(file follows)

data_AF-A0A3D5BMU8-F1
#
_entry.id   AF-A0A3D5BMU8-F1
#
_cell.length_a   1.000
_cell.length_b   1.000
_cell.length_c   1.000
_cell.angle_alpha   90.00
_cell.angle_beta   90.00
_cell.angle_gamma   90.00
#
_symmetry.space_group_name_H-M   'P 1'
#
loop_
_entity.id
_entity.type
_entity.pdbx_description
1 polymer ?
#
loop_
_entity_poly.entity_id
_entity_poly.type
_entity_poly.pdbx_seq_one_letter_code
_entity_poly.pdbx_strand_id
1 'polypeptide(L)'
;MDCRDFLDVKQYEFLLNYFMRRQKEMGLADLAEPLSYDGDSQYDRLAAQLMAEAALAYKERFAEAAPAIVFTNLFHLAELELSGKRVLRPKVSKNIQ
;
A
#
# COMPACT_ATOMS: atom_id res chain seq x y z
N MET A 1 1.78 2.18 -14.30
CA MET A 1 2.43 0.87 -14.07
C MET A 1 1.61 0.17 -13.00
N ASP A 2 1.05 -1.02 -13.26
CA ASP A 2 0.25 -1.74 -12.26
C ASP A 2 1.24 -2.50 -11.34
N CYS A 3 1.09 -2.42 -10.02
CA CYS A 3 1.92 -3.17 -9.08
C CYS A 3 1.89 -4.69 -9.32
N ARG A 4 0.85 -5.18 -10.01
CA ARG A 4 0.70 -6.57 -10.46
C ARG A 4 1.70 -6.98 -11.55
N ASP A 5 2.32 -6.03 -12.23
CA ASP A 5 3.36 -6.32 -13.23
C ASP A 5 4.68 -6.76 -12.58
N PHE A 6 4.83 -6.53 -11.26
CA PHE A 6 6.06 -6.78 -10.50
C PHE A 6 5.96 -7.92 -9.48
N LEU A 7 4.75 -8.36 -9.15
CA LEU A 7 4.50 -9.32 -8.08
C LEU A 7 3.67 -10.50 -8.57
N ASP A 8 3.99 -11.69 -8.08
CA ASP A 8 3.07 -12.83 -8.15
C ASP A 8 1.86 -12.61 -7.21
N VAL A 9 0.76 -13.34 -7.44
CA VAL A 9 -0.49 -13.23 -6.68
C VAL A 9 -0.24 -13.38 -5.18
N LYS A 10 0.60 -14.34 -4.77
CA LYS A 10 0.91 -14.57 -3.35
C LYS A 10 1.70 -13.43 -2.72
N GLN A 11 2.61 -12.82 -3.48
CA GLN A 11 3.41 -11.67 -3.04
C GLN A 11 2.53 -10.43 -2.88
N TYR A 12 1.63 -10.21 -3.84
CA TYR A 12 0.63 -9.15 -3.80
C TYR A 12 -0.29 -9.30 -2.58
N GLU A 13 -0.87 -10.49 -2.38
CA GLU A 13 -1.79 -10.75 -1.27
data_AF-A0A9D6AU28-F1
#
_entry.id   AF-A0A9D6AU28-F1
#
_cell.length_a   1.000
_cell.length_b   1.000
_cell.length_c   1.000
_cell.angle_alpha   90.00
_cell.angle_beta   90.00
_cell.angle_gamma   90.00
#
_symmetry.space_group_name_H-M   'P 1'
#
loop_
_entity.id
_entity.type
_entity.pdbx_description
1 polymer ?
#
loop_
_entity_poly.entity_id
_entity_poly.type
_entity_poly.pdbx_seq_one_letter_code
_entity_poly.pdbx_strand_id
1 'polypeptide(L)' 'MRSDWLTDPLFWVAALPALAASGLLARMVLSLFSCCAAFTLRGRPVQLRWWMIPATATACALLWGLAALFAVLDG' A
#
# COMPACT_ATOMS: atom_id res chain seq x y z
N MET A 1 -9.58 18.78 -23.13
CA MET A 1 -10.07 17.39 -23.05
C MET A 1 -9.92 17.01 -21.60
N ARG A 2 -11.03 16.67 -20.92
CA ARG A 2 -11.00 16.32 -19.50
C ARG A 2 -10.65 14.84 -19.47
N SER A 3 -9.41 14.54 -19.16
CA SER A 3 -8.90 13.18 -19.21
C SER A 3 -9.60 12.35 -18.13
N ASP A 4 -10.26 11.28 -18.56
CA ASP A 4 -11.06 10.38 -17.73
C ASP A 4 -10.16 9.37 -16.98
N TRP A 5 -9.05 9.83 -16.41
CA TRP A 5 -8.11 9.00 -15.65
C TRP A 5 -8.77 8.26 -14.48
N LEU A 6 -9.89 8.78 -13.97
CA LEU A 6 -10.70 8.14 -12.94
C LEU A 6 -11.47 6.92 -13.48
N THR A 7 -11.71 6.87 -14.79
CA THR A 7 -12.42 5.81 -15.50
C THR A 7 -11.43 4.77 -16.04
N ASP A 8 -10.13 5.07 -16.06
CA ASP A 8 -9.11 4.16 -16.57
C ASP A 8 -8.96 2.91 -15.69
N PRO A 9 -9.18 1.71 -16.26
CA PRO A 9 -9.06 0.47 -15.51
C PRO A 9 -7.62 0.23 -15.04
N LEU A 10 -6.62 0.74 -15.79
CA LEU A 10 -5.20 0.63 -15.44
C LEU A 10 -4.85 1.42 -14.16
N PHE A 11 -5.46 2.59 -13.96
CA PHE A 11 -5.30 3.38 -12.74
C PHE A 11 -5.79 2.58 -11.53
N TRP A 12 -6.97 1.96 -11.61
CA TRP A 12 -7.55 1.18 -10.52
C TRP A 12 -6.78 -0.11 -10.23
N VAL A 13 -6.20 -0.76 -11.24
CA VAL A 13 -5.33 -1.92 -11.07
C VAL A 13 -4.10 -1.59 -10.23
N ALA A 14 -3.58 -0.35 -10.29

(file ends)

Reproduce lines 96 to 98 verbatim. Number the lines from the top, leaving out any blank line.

N MET A 1 -9.58 18.78 -23.13
CA MET A 1 -10.07 17.39 -23.05
C MET A 1 -9.92 17.01 -21.60